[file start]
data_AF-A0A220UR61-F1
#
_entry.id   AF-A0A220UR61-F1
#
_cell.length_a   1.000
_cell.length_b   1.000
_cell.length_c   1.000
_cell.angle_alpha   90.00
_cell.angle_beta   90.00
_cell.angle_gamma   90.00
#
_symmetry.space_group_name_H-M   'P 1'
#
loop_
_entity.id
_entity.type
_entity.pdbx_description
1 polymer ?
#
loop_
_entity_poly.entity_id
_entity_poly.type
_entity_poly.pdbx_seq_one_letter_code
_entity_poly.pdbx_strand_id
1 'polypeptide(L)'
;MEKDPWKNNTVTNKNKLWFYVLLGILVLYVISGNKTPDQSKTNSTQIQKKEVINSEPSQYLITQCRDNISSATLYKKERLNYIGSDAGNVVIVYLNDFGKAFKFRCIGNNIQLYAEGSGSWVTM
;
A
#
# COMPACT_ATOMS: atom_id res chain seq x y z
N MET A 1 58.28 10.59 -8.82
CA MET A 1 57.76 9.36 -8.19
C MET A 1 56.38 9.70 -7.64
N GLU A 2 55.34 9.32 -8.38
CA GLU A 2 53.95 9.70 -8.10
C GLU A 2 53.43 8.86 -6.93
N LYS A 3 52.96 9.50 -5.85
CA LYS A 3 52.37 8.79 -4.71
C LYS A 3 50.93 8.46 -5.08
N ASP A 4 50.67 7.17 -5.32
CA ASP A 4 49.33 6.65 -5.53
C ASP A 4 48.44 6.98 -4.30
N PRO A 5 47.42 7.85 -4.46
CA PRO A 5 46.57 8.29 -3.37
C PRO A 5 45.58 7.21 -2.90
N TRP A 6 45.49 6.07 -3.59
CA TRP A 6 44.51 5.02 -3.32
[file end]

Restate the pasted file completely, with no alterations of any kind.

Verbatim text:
data_AF-A0A220UR61-F1
#
_entry.id   AF-A0A220UR61-F1
#
_cell.length_a   1.000
_cell.length_b   1.000
_cell.length_c   1.000
_cell.angle_alpha   90.00
_cell.angle_beta   90.00
_cell.angle_gamma   90.00
#
_symmetry.space_group_name_H-M   'P 1'
#
loop_
_entity.id
_entity.type
_entity.pdbx_description
1 polymer ?
#
loop_
_entity_poly.entity_id
_entity_poly.type
_entity_poly.pdbx_seq_one_letter_code
_entity_poly.pdbx_strand_id
1 'polypeptide(L)'
;MEKDPWKNNTVTNKNKLWFYVLLGILVLYVISGNKTPDQSKTNSTQIQKKEVINSEPSQYLITQCRDNISSATLYKKERLNYIGSDAGNVVIVYLNDFGKAFKFRCIGNNIQLYAEGSGSWVTM
;
A
#
# COMPACT_ATOMS: atom_id res chain seq x y z
N MET A 1 58.28 10.59 -8.82
CA MET A 1 57.76 9.36 -8.19
C MET A 1 56.38 9.70 -7.64
N GLU A 2 55.34 9.32 -8.38
CA GLU A 2 53.95 9.70 -8.10
C GLU A 2 53.43 8.86 -6.93
N LYS A 3 52.96 9.50 -5.85
CA LYS A 3 52.37 8.79 -4.71
C LYS A 3 50.93 8.46 -5.08
N ASP A 4 50.67 7.17 -5.32
CA ASP A 4 49.33 6.65 -5.53
C ASP A 4 48.44 6.98 -4.30
N PRO A 5 47.42 7.85 -4.46
CA PRO A 5 46.57 8.29 -3.37
C PRO A 5 45.58 7.21 -2.90
N TRP A 6 45.49 6.07 -3.59
CA TRP A 6 44.51 5.02 -3.32